Section 337(a)(1)(A) claims based on other unfair acts have also seen increased activity at the ITC. For example, the recent decision in Certain Woven Textile Fabrics involved a claim of false advertising. The complainant in that case alleged that the respondent was unfairly and falsely advertising the thread count of its bed sheets. After investigating, the ITC found a violation of Section 337 and, notably, entered a general exclusion order—meaning that not only would respondent’s sheets be excluded, but all sheets that falsely advertised their thread count would also be excluded.3 Furthermore, Section 337 claims based on false designation of origin (mislabeling the country of origin of imported goods, often to avoid tariffs or duties) have also been on the rise. After being successful in the 1980s,4 only two such claims have been brought since 2008: Certain Footwear Products in 2014 and the currently-pending Certain Carbon & Alloy Steel Products. The latter case is particularly interesting, as it also involves the first ITC investigation based on an alleged antitrust violation in more than 25 years. There, the ITC is expected to rule soon regarding the specific showing that must be made to plead an injury for an antitrust claim under Section 337.

III. Other Potential Claims Under the ITC’s Broad Section 337 Authority

Although cases asserting nonstatutory causes of action have been on the rise, they are still a small minority compared to other cases brought under Section 337. Yet the ITC’s authority to investigate nonstatutory claims is viewed as very broad, as the permissive language of Section 337(a)(1)(A) illustrates. The legislative history of the Tariff Act and case law make clear that the ITC has the broad authority to prevent every type and form of unfair practice—thus, the breadth of Section 337(a)(1)(A) may make it ripe for bringing actions in additional contexts than those described above.

Some complainants have already started to push the envelope in the food and drug area, and the ITC has responded favorably. For example, in 2012, KV Pharmaceutical Company (“KV”) filed a Section 337 complaint alleging that several compounding pharmacies were competing unfairly by creating a drug called 17P in violation of KV’s exclusivity period granted by the Food and Drug Administration (“FDA”).5 The complaint drew a significant amount of attention, with several third parties urging the ITC to decline to investigate the complaint on the grounds that this was a matter for FDA, not ITC, jurisdiction. The ITC ultimately issued a rare denial of institution, explaining that because the FDA had already declined to pursue enforcement against the named respondents, the complained-of conduct was not unlawful. Crucially, in a concurring memorandum, two commissioners explicitly stated “that they d[id] not reach the issue of whether properly pleaded claims based on the Food, Drug, and Cosmetic Act [(“FDCA”)] may be cognizable under section 337(a)(1)(A).” Since then, at least three complaints have been filed alleging unfair acts under Section 337 based at least in part on violations of provisions of the FDCA such as drug labeling regulations. The first, Certain Potassium Chloride Powder Products, Inv. No. 337-TA-1013, resulted in an ITC investigation, and subsequently, a quick settlement. A second complaint was filed in August 2017 in Certain Periodontal Laser Devices, alleging unfair acts of false advertising relating to non-FDA-cleared medical devices. That complaint resulted in the institution of Inv. No. 337-TA-1070, which is scheduled to go to trial in April 2018. The third, Certain Synthetically Produced, Predominantly EPA Omega-3 Products (“Omega-3 Products”), was j filed in late August, and a decision on institution is still pending—in fact, the complaint in Omega-3 Products has attracted significant briefing from both the parties and non-parties as to whether the ITC has jurisdiction over the complaint. The FDA even submitted a letter to the ITC, requesting that the ITC not institute the complaint.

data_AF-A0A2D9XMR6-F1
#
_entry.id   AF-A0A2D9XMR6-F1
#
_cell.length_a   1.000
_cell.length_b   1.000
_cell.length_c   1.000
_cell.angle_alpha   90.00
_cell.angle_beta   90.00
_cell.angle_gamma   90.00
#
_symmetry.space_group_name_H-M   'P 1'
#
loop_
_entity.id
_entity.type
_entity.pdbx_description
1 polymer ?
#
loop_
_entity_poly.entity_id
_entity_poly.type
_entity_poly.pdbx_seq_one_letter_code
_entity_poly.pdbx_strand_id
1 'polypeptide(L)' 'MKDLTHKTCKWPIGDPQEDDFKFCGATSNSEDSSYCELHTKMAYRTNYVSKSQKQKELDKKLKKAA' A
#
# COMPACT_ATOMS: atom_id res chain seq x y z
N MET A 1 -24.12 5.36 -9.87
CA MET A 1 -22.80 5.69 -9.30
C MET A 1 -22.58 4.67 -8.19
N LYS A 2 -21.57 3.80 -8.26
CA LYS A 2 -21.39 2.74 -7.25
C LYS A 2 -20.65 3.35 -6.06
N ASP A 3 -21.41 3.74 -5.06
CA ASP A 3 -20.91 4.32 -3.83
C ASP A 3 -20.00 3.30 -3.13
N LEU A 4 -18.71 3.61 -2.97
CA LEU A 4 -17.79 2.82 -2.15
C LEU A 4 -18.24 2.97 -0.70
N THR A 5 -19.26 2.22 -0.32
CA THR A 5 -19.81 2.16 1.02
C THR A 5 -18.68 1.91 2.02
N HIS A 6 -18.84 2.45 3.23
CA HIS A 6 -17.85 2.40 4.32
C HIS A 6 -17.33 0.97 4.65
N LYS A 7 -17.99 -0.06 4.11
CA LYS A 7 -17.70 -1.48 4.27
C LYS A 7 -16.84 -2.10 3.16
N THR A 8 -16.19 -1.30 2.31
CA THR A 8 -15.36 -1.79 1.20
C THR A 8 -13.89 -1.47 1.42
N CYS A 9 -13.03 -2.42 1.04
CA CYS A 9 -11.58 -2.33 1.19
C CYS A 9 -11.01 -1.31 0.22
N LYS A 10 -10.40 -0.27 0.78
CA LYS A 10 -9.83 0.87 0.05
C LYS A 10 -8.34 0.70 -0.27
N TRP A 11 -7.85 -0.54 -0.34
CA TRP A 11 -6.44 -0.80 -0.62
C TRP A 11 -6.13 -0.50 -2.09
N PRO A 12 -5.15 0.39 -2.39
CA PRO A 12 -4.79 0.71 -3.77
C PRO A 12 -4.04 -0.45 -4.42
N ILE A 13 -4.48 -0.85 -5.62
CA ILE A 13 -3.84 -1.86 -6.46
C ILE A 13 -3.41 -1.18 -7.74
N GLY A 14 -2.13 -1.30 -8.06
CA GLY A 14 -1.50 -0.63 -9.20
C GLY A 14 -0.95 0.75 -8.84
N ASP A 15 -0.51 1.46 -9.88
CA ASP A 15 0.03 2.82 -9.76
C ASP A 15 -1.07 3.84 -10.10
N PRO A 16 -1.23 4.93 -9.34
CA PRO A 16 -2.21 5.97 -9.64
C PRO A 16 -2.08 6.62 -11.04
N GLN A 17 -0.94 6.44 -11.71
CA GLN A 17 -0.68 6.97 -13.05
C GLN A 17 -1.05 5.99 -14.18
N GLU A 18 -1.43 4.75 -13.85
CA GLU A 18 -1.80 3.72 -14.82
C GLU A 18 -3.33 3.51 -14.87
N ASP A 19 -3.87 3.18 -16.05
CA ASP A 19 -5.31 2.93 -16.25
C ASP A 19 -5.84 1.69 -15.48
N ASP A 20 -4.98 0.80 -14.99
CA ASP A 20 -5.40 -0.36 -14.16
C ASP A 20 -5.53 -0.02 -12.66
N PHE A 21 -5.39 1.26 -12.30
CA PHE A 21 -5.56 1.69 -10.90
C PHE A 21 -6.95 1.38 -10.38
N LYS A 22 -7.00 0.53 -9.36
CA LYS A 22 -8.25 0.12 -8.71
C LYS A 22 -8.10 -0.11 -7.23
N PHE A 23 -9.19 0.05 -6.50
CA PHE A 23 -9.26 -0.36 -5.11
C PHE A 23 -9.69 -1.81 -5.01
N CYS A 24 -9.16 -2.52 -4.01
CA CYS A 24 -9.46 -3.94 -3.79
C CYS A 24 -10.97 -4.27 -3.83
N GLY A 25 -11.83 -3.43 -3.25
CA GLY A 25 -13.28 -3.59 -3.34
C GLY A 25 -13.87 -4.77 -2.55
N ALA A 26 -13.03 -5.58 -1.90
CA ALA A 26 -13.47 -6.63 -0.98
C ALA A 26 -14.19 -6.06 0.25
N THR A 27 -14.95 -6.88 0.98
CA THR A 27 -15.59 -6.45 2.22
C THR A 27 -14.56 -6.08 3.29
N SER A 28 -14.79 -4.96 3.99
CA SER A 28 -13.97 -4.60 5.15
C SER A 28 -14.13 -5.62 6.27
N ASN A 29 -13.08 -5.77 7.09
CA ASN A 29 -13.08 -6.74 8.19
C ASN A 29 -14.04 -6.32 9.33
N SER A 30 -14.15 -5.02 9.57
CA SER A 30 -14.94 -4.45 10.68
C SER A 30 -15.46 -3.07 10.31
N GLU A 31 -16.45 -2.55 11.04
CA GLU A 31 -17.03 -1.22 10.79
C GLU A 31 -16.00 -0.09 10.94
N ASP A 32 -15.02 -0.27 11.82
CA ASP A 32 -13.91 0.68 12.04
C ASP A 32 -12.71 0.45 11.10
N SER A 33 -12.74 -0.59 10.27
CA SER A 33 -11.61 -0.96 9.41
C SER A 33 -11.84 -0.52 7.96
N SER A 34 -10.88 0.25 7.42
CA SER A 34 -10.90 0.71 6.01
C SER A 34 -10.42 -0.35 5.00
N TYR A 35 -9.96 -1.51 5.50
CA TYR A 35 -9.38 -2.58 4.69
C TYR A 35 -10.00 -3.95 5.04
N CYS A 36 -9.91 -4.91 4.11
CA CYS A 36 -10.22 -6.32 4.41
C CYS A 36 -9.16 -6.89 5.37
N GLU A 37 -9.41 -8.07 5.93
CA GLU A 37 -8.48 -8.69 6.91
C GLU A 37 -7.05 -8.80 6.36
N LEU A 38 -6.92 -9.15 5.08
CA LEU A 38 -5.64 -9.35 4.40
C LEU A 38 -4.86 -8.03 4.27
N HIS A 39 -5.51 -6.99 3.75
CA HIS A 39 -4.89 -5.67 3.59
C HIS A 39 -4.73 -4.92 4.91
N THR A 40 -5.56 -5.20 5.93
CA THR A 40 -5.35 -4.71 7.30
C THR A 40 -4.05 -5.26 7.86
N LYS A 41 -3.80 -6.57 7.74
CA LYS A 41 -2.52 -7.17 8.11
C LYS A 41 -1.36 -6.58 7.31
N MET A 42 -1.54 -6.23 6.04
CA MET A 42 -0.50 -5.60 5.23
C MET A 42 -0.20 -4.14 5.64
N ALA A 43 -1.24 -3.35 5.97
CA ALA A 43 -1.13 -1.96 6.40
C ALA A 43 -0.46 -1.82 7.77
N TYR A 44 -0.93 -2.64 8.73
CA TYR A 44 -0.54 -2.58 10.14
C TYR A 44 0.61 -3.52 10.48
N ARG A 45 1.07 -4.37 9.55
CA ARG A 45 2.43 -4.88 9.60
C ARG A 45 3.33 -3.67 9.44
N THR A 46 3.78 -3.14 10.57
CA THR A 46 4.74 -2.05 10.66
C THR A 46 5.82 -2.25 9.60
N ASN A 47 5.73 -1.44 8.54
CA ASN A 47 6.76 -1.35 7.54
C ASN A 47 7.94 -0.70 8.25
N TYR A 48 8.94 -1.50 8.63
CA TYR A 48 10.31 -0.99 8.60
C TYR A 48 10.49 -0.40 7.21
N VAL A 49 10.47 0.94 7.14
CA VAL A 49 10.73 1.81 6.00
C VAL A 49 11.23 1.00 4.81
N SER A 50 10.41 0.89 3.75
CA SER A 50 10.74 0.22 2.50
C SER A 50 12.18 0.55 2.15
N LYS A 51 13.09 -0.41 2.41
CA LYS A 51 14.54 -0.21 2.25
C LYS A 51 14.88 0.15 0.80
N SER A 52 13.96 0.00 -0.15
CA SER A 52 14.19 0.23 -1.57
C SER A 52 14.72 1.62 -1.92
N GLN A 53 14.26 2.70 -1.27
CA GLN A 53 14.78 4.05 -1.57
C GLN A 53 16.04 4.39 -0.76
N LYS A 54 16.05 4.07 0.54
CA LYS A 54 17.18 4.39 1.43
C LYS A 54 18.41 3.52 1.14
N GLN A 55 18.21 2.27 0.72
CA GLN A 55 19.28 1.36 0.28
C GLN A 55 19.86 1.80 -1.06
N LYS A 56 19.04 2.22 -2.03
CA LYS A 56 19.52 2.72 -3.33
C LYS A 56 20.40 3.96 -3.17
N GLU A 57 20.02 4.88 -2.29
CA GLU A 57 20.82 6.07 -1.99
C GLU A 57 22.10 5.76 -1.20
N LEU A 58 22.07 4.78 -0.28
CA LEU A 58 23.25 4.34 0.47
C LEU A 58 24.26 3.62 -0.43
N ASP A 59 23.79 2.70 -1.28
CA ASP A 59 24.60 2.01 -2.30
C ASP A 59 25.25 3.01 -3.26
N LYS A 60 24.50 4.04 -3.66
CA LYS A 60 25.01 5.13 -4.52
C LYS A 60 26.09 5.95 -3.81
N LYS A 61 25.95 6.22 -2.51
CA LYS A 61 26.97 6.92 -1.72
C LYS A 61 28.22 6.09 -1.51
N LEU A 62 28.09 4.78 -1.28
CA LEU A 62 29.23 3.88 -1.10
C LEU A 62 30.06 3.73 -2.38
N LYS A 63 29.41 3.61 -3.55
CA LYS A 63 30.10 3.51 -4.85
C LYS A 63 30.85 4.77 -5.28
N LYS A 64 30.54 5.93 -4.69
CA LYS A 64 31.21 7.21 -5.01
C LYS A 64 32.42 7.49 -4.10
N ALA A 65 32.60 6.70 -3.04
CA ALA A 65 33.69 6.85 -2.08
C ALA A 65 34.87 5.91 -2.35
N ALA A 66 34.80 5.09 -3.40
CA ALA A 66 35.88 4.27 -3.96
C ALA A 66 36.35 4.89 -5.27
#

These two latter cases are definitely ones to watch in this developing area of law; the ITC’s institution in Omega-3 Products is due October 27.

Another potential use of the ITC could be to challenge violations of the Foreign Corrupt Practices Act (“FCPA”). Although the federal government has stepped up enforcement of the FCPA in recent years, there is no private cause of action under the FCPA—similar to the FDCA implicated in the investigations discussed above. This means that a company who “has played by the rules”—and who may be at a significant disadvantage to a competitor who has engaged in illegal acts abroad—nonetheless cannot seek recourse under the FCPA. However, if the illegal acts (such as bribery) can be tied to importation of products into the United States, then the ITC may offer a way for the injured competitor to seek redress. Indeed, the U.S. Customs and International Trade Guide considers “commercial bribery” to be a “[p]ossible Section 337 violation.”6 Given the ITC’s expansive mandate to enforce Section 337, under the appropriate circumstances, the Commission may institute an investigation in this context.